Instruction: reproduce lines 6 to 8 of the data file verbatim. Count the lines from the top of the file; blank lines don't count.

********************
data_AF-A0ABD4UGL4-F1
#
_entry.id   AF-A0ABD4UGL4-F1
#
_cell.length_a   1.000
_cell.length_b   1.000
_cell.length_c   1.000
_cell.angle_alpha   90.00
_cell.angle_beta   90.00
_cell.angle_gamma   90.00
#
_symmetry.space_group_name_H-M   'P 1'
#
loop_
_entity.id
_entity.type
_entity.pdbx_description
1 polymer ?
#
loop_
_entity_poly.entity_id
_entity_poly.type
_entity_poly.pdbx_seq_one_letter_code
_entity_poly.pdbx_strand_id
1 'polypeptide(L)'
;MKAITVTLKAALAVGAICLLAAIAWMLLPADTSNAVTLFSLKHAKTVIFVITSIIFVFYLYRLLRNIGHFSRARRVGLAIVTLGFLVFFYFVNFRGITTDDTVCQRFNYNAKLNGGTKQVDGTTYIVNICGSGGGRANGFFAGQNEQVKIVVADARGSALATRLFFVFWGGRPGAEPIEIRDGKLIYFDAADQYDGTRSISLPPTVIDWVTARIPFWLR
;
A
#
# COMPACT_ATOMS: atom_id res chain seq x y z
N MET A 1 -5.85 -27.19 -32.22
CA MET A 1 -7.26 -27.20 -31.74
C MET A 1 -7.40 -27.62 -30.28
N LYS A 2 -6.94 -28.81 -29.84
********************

_cell.length_b   1.000
_cell.length_c   1.000
_cell.angle_alpha   90.00